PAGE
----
The Invisible God is invisible

From: Lord Julian (
Date: Sat 09 May 1998 - 14:30:01 EEST

From: Julian Lord

Jose Ramos: =

>Asking God directly is (IMO) sinful, as you doubt its omniscience
>and omnipotence, and have too much pride believing that your own trouble=
>are important.

Not sure I agree with this one. One of God's (self-imposed?)
limitations to his omnipotence is that people have free will.
(This view might be heretical.) From this POV,
if God knew that a prayer *will* take place,
and a worshipper chose *not* to pray,
God would know rather that it *won't*.

Asking God directly is, then, an Act of Faith, and no sin.

IMO asking for help from God with pride is sinful,
asking with humility isn't.

____Brithini cognitive functions__________________

>Does an apostate brithini (Arkat, for instance) get a soul "ipso facto",=

>even before age is felt?

IMHO an apostate brithini would only get a soul by heroquesting for one.
Perhaps he would get one by joining a religion, but he'd at the very leas=
have to do the long-form initiation solo (to use a Pendragonism) before =

getting one. Similarly for conversion to Malkionism, etc.

>As a former french resident, where in France are you living? =

>I know some people and places to play.

In Paris. Hey: Thanks!

> you know God feels different in Spain. =

Simon Hibbs: (much SNIPped)

>The predictions of terestrial physics fail to describe the conditions on=

>Glorantha, and so they cannot be applicable. =

You misunderstand me. I was suggesting that the scientific
*approach*(es) would be similar to RW ones. Perhaps not
the 20th century RW, admittedly. Gloranthan reality is
of course radically different.

Also terrestrial physics *could* describe gloranthan =

physics, if physicists could travel there, or find some method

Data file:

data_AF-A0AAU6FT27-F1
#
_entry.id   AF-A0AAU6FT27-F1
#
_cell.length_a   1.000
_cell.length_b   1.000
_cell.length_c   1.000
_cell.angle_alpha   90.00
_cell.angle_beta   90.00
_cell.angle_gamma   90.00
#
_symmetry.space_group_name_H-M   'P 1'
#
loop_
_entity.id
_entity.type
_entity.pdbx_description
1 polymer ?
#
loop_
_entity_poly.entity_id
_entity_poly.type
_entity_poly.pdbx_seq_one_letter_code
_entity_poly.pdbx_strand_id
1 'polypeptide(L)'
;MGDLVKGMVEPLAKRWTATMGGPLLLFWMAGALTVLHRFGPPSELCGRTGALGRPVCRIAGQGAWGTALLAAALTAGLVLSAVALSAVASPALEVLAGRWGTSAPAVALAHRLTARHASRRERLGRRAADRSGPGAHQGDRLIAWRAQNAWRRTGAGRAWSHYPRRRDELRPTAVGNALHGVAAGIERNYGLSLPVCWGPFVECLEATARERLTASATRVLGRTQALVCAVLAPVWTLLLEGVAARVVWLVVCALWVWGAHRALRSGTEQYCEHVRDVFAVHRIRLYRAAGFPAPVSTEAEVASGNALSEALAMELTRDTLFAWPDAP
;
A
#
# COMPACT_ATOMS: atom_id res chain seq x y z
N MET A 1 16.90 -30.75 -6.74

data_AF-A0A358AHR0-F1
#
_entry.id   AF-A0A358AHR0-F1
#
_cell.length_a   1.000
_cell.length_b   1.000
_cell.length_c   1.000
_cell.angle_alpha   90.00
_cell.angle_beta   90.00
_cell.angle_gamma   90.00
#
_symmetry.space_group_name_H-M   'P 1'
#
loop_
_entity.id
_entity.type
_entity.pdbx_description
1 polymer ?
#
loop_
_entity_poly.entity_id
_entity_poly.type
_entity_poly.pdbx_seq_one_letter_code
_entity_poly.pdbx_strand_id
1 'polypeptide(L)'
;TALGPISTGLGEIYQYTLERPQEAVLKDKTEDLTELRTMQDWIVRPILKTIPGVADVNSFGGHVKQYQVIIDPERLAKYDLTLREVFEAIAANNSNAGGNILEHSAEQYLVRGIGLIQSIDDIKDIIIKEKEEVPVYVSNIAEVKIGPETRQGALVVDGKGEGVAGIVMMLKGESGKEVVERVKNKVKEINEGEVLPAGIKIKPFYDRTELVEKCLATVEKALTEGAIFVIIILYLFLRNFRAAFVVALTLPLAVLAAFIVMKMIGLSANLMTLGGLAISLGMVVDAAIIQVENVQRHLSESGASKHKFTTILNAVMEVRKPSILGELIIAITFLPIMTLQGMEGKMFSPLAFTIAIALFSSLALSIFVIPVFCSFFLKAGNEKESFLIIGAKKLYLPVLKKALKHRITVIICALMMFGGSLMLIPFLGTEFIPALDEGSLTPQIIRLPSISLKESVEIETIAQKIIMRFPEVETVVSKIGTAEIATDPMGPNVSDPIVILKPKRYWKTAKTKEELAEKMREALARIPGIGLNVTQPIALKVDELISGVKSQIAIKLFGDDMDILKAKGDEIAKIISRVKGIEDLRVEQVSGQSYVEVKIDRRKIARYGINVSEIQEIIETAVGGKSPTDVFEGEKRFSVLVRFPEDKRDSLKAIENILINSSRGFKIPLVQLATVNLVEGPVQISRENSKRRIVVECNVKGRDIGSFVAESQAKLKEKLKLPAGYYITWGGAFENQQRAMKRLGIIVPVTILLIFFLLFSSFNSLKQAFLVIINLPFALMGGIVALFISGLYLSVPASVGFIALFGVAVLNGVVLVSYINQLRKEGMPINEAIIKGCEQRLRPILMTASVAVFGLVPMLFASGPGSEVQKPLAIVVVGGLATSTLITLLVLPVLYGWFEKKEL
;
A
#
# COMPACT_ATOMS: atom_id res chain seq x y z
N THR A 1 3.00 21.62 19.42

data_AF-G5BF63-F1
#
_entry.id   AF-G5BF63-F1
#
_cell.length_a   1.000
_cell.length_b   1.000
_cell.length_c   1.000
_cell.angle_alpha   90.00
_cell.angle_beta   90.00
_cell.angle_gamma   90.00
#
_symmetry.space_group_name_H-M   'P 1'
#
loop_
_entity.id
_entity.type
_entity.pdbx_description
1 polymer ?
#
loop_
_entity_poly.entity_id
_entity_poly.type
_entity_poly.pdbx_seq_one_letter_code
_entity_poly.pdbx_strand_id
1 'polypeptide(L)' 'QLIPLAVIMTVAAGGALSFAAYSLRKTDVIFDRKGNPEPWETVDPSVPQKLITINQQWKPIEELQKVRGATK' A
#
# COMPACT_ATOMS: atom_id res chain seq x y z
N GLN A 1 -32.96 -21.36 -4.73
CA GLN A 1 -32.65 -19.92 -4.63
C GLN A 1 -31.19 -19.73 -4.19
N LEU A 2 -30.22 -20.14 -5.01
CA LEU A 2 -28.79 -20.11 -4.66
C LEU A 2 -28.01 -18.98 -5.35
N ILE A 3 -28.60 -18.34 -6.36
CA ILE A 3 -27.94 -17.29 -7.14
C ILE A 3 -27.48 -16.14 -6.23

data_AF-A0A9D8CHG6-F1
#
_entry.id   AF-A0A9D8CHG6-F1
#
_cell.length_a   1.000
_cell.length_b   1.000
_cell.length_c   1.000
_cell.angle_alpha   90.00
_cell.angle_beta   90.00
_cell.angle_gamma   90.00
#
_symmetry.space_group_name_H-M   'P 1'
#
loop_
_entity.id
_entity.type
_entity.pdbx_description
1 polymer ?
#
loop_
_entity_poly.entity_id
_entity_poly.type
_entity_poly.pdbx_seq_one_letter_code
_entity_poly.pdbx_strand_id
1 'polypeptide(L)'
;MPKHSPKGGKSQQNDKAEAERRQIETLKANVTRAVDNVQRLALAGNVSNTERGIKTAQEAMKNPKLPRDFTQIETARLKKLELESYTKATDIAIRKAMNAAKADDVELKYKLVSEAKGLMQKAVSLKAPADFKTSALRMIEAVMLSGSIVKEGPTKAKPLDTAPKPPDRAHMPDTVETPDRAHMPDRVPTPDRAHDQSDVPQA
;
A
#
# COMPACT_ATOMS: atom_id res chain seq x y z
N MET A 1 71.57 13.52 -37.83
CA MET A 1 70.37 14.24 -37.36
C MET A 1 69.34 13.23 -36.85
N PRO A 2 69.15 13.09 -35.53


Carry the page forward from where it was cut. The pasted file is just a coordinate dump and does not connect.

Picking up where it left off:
of measuring Glorantha. Lots of long and hard work for the scientists
involved in such a project, though.

>Gravity acts perpendicularly to the world's surface, regardless =

>of your location on it.You might be able to explain this effect, =

>however a stable planetary orbit in a uniform parallel field is =

>impossible, so gloranthan celestial mechanics contradicts =

>universal gravitation.

Um, what about the Sun? Yelm has, I believe, a stable orbit?

Gloranthan physical objects have weight and fall down. =

Therefore, they have gravity. (Mind you, Newton's work did partially
change the meaning of this word ...)

>ME>The Law of Universal Attraction, maybe?

SH>_A_ law, or perhaps principle, of attraction maybe, but not newton's.

Your quibble is sustained, but I think my point was valid.
RW science and theory IS applicable.

>ME>Scientific apparatus is a set of mechanical devices
>>which would work perfectly well in Glorantha.

SH>All I can say is that I disagree. Gloranthans witness events every day=

>which contradict the known laws of terestrial physics.

Hmm. OK, they *would* function, but the results you'd get from
many of them would in fact be gibberish.
I disagree with your estimate of 99.9% though.

>ME>Perhaps, Simon, you are confusing gods with Divinity Itself.
>>Divinity exists before, beyond and within all gods and mortals.

SH>I don't think so. You are directly contradicting your stated possition=

>that belief creates the gods. (etc.) =

Not true. =

Belief doesn't create Divinity, 'cos its already there.
A god, however, only encompasses a portion of Divinity, not all
of it. (Except for the Invisible God, who does.)
Following a cult shapes belief into a god who gives a =

pathway to universal Divinity. The God Plane then sustains
the independant existence of the god. Mucho heroquesting necessary.

> there is a process of interaction between humanity
>and divinity which we call religion.

Is religion, then, a branch of chemistry?


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